Wednesday, December 14, 2011


So it's now week 3 here and I'm pretty much settled in on my new place of inspiration. The final push has been made this morning as I finally succumbed to the chocolate croissant...exceedingly good plan. My intent for these next several weeks is actually to simply post things from the past as I wander through my archives and edit along the way for an attempt at a book during 2012. However, the spirit of the season has begun to mesh with the spirit of protest and I'm beginning to get more and more unsettled about how this is all beginning to be played out in the realm of influence that I have, that being pastoral artist.
Since I live in a city where the occupy movement has had a significant presence, I am perhaps more enmeshed in these thoughts than others of my profession in other areas of the country. The best way that I can process is to write, and so I've set out to write down some of my thoughts. Many are not going to like and or agree with me and that's entirely ok. We can still be friends.
Here's the basic conflict for me. I am having an increasing number of conversations with people of my faith persuasion who are trying to get me to identify with the movement because, in their opinion, if Jesus were here he would be marching with the protesters. I'm sorry, but some well thought out people have tried to sway me that way but I just don't buy it. I have no doubt that Jesus would be amongst the people serving and loving them in some way, but the Jesus that I read about in the Book of Books was not the one to join in protests. He was not the political subversive that many liberal scholars would have us believe. In fact, his general opinion that's recorded for us is that, in the realm of government, you have to play the cards you've been dealt. That's my interpretation of "give to Caesar what is Caesars". That same sentement is supported throughout the rest of the story as well. The reason that so many have come to this Jesus as political/social subversive ideology is that they read scholars who have that ideology and naturally convey it through some very talented and convincing writing. My encouragement...go back to The Book. The only institution Jesus was concerned with subverting is the religious institution. Don't accuse me of being anti scholar or oversimplifying. If I thought that way I wouldn't have spent thousands of dollars and years of my life on graduate seminary studying these and other writers. I'm sorry but the reality of it all is at it just isn't there. Jesus yielded to the ruling systems of the day, hence a crucifixion.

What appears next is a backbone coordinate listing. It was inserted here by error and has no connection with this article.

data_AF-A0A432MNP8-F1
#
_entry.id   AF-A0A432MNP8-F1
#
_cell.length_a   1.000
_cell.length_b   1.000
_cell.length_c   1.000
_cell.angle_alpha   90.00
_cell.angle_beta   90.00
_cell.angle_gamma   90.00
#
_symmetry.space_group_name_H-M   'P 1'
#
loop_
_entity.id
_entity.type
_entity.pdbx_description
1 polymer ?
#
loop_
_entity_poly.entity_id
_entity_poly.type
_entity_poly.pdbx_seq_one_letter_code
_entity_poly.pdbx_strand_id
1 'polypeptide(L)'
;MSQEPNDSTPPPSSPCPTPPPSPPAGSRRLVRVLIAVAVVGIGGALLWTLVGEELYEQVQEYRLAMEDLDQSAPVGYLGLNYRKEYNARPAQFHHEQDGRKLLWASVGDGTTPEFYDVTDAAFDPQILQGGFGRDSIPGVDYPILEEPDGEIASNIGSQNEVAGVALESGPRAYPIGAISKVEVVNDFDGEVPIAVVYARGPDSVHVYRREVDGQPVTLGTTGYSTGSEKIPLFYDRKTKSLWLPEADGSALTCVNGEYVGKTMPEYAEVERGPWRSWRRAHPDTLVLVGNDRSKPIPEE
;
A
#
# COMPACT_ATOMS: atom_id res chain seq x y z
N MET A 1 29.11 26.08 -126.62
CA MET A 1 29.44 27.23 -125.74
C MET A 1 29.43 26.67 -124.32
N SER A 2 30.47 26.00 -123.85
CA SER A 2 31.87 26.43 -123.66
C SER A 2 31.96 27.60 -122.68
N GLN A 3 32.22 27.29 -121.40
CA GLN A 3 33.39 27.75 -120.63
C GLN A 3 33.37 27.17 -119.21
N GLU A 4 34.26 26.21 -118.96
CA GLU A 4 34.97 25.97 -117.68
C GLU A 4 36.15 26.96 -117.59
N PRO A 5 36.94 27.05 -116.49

Now don't get me wrong on this. God and therefore Jesus are absolutely concerned about poverty, oppression, and justice. He absolutely wants us to speak for those without a voice. I believe that this passionate belief on this subject, which I also share, is what leads many down the road of spiritualizing the protest process. Here's the thing though, and this is where I fall at this point in my journey. He is so desperately opposed to that for those who are created in His image that he wants the others of us, created in the same image, to stop talking, stop marching, stop whining, and do something about it. I mean really physically go and do something about it. Stop deconstructing and start reconstructing. People of my faith are so good at observing all that is wrong with the established communities of faith, but they are terrible at being part of the rightness. They would rather stand on the outside and find fault when what we really need is that same passion engaged in the solutions. Yelling loud enough to convince someone else to do it for you is getting us nowhere fast. I think the same thing is happening here in the occupy process. We want to yell and block and march and occupy. The motives are pure but the methods are not really helping those who we claim that we are fighting for. Don't believe me? My challenge is that if the very same people, expended the very same energy, not to mention the economic demands that these protests have incurred, on the very real people really living very real stories of poverty and want, then you would see change in those people's lives. But know is change that happens one life at a time. We want sweeping, instant change to processes that are hundreds of years in the making. I am obviously biased. I am in the fight for clean water access for all people. Do you know what I see in the Occupy movement? I see millions of dollars that could really be invested in the fight against poverty being needed for crowd control, law enforcement, sanitation and everything else. I see resources that could flow to people dying of water born diseases being flushed down the toilet to uphold people's right to free speech. So in the end, our free speech is upheld, but very few have bothered to personally connect and use our own speech and presence to serve these people. You want to find Jesus in this? It just might be that he's been left behind to care for the "least of these" because the rest of us are pre"occupied".

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